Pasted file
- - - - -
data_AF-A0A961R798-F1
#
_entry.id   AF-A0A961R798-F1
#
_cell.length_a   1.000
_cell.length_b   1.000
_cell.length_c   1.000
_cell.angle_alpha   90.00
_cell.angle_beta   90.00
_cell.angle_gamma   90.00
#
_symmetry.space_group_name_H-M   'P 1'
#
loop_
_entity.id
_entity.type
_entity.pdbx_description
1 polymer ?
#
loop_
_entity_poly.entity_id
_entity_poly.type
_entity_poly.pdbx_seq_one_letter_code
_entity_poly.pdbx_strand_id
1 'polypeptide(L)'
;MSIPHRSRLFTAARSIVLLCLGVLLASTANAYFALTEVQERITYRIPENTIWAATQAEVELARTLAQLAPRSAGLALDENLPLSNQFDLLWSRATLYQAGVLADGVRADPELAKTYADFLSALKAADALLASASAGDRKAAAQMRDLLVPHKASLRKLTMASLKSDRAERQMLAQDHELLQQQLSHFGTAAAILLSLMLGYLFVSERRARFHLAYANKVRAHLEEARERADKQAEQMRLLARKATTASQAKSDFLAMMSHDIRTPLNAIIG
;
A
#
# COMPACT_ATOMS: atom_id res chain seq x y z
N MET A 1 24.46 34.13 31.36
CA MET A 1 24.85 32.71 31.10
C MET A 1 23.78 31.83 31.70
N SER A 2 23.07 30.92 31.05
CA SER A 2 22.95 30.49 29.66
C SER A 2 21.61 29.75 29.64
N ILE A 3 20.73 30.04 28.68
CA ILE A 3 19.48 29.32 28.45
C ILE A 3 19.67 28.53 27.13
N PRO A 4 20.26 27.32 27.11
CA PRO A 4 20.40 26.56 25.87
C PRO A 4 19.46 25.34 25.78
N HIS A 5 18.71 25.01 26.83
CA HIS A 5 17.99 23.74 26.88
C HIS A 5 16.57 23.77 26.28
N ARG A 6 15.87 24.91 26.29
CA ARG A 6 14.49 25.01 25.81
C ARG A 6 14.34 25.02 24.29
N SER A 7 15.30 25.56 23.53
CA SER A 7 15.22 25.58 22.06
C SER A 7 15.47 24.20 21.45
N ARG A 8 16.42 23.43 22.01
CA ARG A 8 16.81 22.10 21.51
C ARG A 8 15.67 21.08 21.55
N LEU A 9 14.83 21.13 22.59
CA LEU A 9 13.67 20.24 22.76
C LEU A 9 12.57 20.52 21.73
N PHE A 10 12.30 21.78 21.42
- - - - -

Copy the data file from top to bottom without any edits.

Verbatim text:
data_AF-A0A961R798-F1
#
_entry.id   AF-A0A961R798-F1
#
_cell.length_a   1.000
_cell.length_b   1.000
_cell.length_c   1.000
_cell.angle_alpha   90.00
_cell.angle_beta   90.00
_cell.angle_gamma   90.00
#
_symmetry.space_group_name_H-M   'P 1'
#
loop_
_entity.id
_entity.type
_entity.pdbx_description
1 polymer ?
#
loop_
_entity_poly.entity_id
_entity_poly.type
_entity_poly.pdbx_seq_one_letter_code
_entity_poly.pdbx_strand_id
1 'polypeptide(L)'
;MSIPHRSRLFTAARSIVLLCLGVLLASTANAYFALTEVQERITYRIPENTIWAATQAEVELARTLAQLAPRSAGLALDENLPLSNQFDLLWSRATLYQAGVLADGVRADPELAKTYADFLSALKAADALLASASAGDRKAAAQMRDLLVPHKASLRKLTMASLKSDRAERQMLAQDHELLQQQLSHFGTAAAILLSLMLGYLFVSERRARFHLAYANKVRAHLEEARERADKQAEQMRLLARKATTASQAKSDFLAMMSHDIRTPLNAIIG
;
A
#
# COMPACT_ATOMS: atom_id res chain seq x y z
N MET A 1 24.46 34.13 31.36
CA MET A 1 24.85 32.71 31.10
C MET A 1 23.78 31.83 31.70
N SER A 2 23.07 30.92 31.05
CA SER A 2 22.95 30.49 29.66
C SER A 2 21.61 29.75 29.64
N ILE A 3 20.73 30.04 28.68
CA ILE A 3 19.48 29.32 28.45
C ILE A 3 19.67 28.53 27.13
N PRO A 4 20.26 27.32 27.11
CA PRO A 4 20.40 26.56 25.87
C PRO A 4 19.46 25.34 25.78
N HIS A 5 18.71 25.01 26.83
CA HIS A 5 17.99 23.74 26.88
C HIS A 5 16.57 23.77 26.28
N ARG A 6 15.87 24.91 26.29
CA ARG A 6 14.49 25.01 25.81
C ARG A 6 14.34 25.02 24.29
N SER A 7 15.30 25.56 23.53
CA SER A 7 15.22 25.58 22.06
C SER A 7 15.47 24.20 21.45
N ARG A 8 16.42 23.43 22.01
CA ARG A 8 16.81 22.10 21.51
C ARG A 8 15.67 21.08 21.55
N LEU A 9 14.83 21.13 22.59
CA LEU A 9 13.67 20.24 22.76
C LEU A 9 12.57 20.52 21.73
N PHE A 10 12.30 21.78 21.42